Jake Jacoby finally went to Washington.
He was part of the Old Glory Honor Flight on Thursday, Oct. 17.
“That was my first trip to Washington and it probably will be my last,” Jacoby said. “I wouldn’t have gotten there if not for the Honor Flight.”
The 21st Northeast Wisconsin Old Glory Honor Flight left Appleton at about 6:30 a.m. and landed in Washington, D.C., at about 10:15 a.m.
The tour for the veterans and their guardians (about 162 people total) included Arlington National Cemetery, Tomb of the Unknown Soldier, and the World War II, Korean, Vietnam, Iwo Jima, Air Force and Lincoln memorials.
Prior to the trip, Jacoby wasn’t sure how much he would be able to see in Washington, D.C.
“With the government shutdown, we didn’t know if the memorials would be open,” he said. “But the President signed a bill late that night to temporarily open the memorials.”
“The Honor Flight people were very accommodating,” Jacoby said. “They set this up with the plane, the buses, and they took care of us.”
They ate breakfast during the morning flight, with a snack provided on the return flight. While in Washington, D.C., they were given a box lunch to eat on the bus.
“We were busy all the time,” Jacoby said. “We didn’t have time to sit around and eat.”
Each veteran had a guardian/companion. The flight also included EMTs, nurses and a doctor.
Jacoby’s guardian for the flight was his friend Jerry Oestreich, whom he met when they both were doing military rights ceremonies at funerals.
The Old Glory Honor Flight, Inc. collects donations to provide free trips for the veterans. The guardians fund their own trip, which cost about $500 each.
“I feel quite honored I was asked to go,” Oestreich said.
“The size of those memorials is just unbelievable,” he said. “It was quite interesting.”
Most of the time, Jacoby walked to the memorials. But he used a wheelchair to see the Vietnam Memorial, which is quite long.
“My guardian took me the whole length of that memorial,” he said. “There were over 50,000 names on it.”
“That was my job. That was my mission,” Oestreich said.
Besides, he was looking for the name of someone he knew. They finally asked an attendant look up the name in the directory so Oestreich could find his friend’s name.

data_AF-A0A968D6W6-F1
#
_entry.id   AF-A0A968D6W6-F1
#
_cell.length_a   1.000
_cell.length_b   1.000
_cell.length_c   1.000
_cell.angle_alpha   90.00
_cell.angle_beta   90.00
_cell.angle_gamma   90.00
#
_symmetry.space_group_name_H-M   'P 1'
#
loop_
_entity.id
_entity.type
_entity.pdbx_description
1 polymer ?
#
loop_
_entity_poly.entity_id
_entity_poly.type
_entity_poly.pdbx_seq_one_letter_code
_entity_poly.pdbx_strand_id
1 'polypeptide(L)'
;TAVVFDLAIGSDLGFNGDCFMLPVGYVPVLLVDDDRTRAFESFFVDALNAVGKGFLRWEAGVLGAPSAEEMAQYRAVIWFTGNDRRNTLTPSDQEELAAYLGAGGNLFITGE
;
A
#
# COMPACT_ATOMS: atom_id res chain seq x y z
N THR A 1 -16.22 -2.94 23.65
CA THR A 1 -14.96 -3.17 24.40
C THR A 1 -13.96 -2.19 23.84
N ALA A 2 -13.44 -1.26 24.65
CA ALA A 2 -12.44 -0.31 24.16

The two Clintonville veterans were amazed by the dedication of the guards at the Tomb of the Unknown Soldier at Arlington National Cemetery.
“I felt kind of sorry for them,” Oestreich said.
“A lot of people don’t realize when they show Arlington Cemetery you’re only seeing a little section of it,” Jacoby said. “There are 600 acres of gravestones. It’s so big.”
They were told there is an average of 27 funerals a day at the cemetery.
Oestreich was especially impressed with the Marine Corps drill team at the Iwo Jima Memorial.
“Their perfection was amazing,” he said.
He will never forget the brigadier general who shook hands and saluted each veteran as they arrived. He noted the general also stood and saluted as the buses departed.
“That brigadier general – who we don’t even know – went out of his way to greet every vet from Wisconsin,” Oestreich said, “and our own politicians didn’t have the time.”
“I saw Sen. Ron Johnson walk right past our bus,” he said. “It’s not like they didn’t know we were there.”
Oestreich noted that form letters from various Wisconsin politicians were included in a packet each veteran received on the airplane.
All of the veterans were surprised at the greeting they received at the Ronald Reagan National Airport near Washington, D.C., but they were totally overwhelmed by the welcome they received upon returning to the Outagamie County Regional Airport in Appleton.
There to greet them were a crowd of people that included friends, family and military groups. Even members of the Clintonville Veterans of Foreign Wars and Clintonville American Legion were there, which impressed Oestreich and Jacoby.
Several members of Jacoby’s immediate family were also waiting at the Appleton airport.
“I was surprised they came. I almost walked past them,” Jacoby said. “It was really something.”
Jacoby is a member of Clintonville’s VFW Post 664.
He went to Korea in 1952 and came home Oct. 22, 1954. He served with the military police in the United Nations Command Military Armistice Commission.
While serving in Korea, he recalls being part of the assigned guard to watch Jawaharlal Nehru, India’s first prime minister, during a prisoner exchange.
“We had to be with him wherever he moved,” Jacoby said.
Oestreich was in the U.S. Air Force from June 1963 to December 1966, serving in Turkey and Italy.
He is a member of the Clintonville American Legion.